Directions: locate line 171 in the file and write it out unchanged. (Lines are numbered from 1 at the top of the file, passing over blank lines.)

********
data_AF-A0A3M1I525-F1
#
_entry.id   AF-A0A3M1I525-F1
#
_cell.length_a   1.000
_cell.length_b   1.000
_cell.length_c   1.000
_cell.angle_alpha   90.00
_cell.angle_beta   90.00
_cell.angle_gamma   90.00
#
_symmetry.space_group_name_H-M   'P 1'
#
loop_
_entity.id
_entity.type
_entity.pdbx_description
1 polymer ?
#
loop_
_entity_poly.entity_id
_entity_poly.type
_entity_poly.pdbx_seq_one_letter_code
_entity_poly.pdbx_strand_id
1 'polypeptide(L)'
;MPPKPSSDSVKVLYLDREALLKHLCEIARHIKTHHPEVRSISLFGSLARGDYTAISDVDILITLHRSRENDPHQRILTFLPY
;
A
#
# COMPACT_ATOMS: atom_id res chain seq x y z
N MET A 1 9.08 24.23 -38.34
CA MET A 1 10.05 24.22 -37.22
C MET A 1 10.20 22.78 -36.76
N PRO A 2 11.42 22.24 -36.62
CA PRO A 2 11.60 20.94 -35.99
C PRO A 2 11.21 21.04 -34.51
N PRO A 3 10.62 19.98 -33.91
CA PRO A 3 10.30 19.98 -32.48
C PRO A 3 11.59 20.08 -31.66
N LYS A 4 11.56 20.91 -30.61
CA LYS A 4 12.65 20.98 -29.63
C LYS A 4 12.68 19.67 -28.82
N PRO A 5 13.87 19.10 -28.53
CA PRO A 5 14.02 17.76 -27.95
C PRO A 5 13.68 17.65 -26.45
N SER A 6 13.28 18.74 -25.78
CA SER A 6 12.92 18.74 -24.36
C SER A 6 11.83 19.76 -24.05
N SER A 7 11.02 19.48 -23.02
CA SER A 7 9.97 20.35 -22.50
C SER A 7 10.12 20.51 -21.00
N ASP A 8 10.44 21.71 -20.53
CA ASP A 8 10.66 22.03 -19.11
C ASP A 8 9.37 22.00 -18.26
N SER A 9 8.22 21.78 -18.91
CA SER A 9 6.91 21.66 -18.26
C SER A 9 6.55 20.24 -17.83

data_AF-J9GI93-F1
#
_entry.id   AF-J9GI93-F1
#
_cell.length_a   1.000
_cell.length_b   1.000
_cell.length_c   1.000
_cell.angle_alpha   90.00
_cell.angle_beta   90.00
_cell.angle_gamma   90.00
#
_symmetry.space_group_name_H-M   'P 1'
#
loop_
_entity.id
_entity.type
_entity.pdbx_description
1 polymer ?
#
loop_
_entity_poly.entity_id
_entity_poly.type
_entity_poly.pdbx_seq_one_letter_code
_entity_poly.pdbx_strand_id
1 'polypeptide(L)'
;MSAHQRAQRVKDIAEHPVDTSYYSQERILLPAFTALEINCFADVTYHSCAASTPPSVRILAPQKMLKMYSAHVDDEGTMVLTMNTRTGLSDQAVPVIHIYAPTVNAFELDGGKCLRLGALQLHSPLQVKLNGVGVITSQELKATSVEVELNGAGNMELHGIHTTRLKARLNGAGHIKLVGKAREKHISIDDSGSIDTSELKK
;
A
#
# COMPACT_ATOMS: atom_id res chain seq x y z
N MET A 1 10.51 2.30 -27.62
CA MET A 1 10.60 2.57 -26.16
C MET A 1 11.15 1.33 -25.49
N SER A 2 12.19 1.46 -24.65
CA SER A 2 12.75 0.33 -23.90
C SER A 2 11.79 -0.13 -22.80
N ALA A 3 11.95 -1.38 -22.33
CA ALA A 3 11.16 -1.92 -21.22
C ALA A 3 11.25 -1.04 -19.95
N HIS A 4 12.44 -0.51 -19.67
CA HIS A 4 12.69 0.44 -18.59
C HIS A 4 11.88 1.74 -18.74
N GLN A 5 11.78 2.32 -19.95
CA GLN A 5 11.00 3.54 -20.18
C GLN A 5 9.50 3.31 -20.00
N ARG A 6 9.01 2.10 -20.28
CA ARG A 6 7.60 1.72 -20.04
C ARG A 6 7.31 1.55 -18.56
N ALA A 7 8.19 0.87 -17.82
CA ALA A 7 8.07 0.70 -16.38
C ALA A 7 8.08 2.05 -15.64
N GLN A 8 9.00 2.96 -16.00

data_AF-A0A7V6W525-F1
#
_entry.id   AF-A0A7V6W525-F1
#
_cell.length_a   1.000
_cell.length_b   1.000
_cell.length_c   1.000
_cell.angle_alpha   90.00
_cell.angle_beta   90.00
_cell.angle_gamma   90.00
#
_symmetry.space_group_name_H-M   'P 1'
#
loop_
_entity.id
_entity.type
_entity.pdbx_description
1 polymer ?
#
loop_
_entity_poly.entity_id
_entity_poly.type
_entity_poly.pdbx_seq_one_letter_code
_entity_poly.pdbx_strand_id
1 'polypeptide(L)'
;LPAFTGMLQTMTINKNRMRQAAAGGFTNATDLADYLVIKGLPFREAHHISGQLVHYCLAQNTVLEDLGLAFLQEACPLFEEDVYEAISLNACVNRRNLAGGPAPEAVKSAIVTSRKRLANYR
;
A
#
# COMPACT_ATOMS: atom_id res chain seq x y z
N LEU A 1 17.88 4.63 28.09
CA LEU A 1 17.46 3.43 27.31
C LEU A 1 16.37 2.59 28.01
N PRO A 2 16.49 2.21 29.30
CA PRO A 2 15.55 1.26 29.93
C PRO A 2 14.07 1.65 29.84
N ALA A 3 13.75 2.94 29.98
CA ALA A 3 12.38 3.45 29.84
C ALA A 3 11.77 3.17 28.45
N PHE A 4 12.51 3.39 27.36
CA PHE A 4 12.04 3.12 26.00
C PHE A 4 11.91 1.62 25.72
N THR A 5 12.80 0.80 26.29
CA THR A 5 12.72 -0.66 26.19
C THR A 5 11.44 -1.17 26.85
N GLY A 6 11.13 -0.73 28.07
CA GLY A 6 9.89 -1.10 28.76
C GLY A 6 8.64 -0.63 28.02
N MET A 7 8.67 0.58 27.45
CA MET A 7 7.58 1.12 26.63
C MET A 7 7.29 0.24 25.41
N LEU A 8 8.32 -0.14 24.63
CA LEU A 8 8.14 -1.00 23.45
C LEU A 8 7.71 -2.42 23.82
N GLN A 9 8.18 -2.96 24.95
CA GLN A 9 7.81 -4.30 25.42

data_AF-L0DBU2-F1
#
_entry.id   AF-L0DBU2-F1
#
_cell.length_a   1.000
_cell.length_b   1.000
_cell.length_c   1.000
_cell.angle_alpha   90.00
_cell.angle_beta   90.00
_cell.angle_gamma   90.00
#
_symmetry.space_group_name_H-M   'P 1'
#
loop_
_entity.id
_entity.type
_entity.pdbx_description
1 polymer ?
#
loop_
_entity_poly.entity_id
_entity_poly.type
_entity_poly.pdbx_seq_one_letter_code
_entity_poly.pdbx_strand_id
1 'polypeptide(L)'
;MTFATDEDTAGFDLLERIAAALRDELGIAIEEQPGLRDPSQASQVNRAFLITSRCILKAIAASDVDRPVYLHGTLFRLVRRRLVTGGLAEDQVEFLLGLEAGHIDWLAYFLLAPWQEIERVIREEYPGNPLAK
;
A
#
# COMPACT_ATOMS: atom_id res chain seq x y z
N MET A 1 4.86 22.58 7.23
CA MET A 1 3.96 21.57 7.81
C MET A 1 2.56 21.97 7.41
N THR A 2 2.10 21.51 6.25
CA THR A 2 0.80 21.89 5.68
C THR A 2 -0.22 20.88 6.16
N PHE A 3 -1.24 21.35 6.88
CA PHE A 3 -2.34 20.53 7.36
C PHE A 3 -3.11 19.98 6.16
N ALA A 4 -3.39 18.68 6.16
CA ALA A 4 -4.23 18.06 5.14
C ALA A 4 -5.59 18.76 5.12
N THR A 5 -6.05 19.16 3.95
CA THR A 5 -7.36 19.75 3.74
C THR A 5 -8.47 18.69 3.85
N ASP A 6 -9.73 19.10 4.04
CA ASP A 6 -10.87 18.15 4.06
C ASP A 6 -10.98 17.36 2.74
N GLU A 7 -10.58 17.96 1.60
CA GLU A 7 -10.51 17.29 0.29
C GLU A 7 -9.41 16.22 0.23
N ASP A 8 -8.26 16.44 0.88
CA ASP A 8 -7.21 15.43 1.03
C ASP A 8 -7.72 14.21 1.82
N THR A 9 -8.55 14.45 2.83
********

_cell.length_b   1.000